After winning the presidency in 1999, leftist President Hugo Chavez was proud of improving Venezuela‘s social indicators due to oil-fueled welfare policies. But his successor President Nicolas Maduro’s rule since 2013 has coincided with a deep recession, due to failed state-led economic policies and the plunge in global oil prices.
Wednesday’s study flagged Venezuelans’ deteriorating diets, which are deficient in vitamins and protein, as currency controls restrict food imports, hyperinflation eats into salaries, and people line up for hours to buy basics like flour.
“Income is being pulverized,” Maria Ponce, one of the study’s investigators, told a news conference at the Andres Bello Catholic University on Caracas’s outskirts.
“This disparity between the rise in prices and the population’s salaries is so generalized that there is practically not a single Venezuelan who is not poor,” she said.
The study calculated the poverty rate from 13 different indicators such as income and access to services. If the average of these indicators was above 25 percent, investigators defined
a person as poor.
Prices in Venezuela rose 4,068 percent in the 12 months to the end of January, according to estimates by the country’s opposition-led National Assembly, broadly in line with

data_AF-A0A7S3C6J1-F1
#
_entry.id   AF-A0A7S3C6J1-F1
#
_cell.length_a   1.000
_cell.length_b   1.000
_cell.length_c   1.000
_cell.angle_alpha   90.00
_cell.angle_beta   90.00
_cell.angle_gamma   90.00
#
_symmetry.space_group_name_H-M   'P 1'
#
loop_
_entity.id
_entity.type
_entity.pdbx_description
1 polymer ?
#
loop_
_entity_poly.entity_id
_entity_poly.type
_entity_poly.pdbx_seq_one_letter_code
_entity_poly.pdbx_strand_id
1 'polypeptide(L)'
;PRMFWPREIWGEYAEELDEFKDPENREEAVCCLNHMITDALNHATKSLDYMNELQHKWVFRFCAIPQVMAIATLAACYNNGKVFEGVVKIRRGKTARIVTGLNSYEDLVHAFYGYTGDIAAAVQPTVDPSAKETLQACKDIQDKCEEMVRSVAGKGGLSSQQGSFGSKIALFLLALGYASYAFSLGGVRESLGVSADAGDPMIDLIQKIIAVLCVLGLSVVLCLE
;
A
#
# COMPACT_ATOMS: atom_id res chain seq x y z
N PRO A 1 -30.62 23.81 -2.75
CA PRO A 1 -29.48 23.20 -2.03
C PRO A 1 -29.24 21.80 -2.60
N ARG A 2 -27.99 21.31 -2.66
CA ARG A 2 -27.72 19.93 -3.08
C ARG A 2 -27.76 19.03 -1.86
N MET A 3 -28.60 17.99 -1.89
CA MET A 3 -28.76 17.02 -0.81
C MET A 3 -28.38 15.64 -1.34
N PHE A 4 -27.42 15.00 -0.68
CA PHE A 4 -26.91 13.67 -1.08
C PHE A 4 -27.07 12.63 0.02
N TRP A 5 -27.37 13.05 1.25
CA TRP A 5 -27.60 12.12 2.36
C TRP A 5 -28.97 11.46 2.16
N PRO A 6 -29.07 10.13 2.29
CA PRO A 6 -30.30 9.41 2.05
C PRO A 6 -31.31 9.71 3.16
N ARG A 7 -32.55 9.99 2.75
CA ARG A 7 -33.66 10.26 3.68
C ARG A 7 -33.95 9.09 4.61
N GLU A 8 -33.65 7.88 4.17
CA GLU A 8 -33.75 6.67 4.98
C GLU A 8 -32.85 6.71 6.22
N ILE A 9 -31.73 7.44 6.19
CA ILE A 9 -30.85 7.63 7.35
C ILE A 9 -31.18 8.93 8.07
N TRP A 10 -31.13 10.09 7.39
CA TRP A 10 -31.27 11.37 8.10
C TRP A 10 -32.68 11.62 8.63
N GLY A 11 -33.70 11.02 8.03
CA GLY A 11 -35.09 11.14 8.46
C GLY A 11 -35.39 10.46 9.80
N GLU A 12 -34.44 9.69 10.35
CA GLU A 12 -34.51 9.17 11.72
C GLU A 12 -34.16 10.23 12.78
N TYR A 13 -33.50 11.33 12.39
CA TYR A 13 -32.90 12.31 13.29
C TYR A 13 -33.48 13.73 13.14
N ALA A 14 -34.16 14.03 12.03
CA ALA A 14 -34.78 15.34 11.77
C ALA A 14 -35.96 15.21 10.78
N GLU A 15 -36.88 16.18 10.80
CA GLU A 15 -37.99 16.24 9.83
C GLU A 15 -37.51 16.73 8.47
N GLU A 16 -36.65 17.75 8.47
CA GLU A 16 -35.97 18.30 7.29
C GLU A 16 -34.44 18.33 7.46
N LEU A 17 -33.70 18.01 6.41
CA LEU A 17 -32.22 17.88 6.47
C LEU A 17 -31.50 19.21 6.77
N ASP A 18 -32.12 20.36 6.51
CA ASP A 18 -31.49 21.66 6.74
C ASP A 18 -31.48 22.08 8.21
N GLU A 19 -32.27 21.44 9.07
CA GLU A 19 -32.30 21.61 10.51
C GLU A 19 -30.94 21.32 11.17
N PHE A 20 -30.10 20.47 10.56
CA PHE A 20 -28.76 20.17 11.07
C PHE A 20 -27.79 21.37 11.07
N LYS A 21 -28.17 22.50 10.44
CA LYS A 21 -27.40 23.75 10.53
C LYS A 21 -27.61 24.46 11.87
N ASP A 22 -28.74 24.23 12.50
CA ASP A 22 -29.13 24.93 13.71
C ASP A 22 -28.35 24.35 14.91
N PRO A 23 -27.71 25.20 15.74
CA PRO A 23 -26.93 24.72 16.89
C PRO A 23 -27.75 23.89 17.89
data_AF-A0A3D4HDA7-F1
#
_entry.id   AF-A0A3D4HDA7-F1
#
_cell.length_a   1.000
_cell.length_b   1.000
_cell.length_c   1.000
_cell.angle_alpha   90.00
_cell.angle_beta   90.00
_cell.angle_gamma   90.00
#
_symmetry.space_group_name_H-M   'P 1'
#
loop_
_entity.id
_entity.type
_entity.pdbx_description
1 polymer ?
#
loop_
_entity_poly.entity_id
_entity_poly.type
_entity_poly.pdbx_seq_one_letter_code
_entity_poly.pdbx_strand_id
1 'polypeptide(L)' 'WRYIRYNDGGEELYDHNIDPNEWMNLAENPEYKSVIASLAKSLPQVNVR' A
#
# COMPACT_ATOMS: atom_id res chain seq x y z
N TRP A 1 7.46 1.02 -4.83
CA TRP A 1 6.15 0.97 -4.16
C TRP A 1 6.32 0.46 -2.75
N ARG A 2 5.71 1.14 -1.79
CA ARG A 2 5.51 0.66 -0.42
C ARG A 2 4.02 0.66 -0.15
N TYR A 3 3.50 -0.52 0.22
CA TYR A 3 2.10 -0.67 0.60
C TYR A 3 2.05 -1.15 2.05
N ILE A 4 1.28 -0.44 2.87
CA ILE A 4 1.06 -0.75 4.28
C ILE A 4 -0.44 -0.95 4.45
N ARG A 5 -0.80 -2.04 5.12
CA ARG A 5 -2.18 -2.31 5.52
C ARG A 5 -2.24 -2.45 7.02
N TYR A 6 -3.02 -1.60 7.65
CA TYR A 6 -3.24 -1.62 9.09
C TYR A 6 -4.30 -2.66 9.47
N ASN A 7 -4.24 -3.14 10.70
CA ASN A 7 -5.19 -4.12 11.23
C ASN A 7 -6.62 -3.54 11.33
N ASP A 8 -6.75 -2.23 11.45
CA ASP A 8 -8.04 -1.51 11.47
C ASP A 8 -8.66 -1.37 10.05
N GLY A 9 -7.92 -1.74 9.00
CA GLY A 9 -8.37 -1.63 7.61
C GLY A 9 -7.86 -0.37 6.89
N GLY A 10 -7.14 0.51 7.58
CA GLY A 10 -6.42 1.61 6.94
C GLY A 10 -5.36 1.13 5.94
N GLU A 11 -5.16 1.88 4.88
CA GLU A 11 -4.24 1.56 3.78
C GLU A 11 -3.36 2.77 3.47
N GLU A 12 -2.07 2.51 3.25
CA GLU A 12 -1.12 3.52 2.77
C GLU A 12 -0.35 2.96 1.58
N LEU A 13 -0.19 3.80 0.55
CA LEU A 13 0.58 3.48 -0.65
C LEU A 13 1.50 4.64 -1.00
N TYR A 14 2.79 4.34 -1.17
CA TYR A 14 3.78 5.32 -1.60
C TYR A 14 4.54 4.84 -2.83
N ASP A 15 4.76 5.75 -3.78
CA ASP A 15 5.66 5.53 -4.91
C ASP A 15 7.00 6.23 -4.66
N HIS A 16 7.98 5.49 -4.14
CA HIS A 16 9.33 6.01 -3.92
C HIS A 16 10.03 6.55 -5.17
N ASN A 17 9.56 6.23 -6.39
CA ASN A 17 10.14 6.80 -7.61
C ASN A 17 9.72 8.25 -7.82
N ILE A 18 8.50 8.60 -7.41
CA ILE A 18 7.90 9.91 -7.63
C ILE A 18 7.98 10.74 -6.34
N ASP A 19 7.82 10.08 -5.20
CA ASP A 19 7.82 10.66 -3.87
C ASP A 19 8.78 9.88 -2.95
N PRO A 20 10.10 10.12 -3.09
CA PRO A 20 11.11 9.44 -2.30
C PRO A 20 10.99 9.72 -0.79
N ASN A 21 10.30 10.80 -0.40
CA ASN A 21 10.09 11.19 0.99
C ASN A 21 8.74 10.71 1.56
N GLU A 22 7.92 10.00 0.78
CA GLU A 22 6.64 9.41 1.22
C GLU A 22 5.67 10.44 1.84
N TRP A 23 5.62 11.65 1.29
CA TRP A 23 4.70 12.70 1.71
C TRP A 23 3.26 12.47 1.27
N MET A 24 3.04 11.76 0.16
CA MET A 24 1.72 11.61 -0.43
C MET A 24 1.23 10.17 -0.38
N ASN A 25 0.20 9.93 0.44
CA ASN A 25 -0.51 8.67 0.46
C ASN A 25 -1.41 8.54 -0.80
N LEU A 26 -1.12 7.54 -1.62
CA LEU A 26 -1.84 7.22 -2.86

independent economists’ figures.
The study showed that 87 percent of people in Venezuela, one of Latin America’s wealthiest nations back in the 1970s, were living in poverty last year, rising from 82 percent in 2016 and
48 percent in 2014.
The Venezuelan government has not released data on poverty since the first half of 2015 when the national statistics institute reported a poverty rate of 33 percent.
The government did not respond to a request for comments on the study, but its supporters often accuse academics of exaggerating data and being in league with the opposition.
Maduro blames the country’s problems on an economic war waged by the opposition and business leaders, with help from Washington.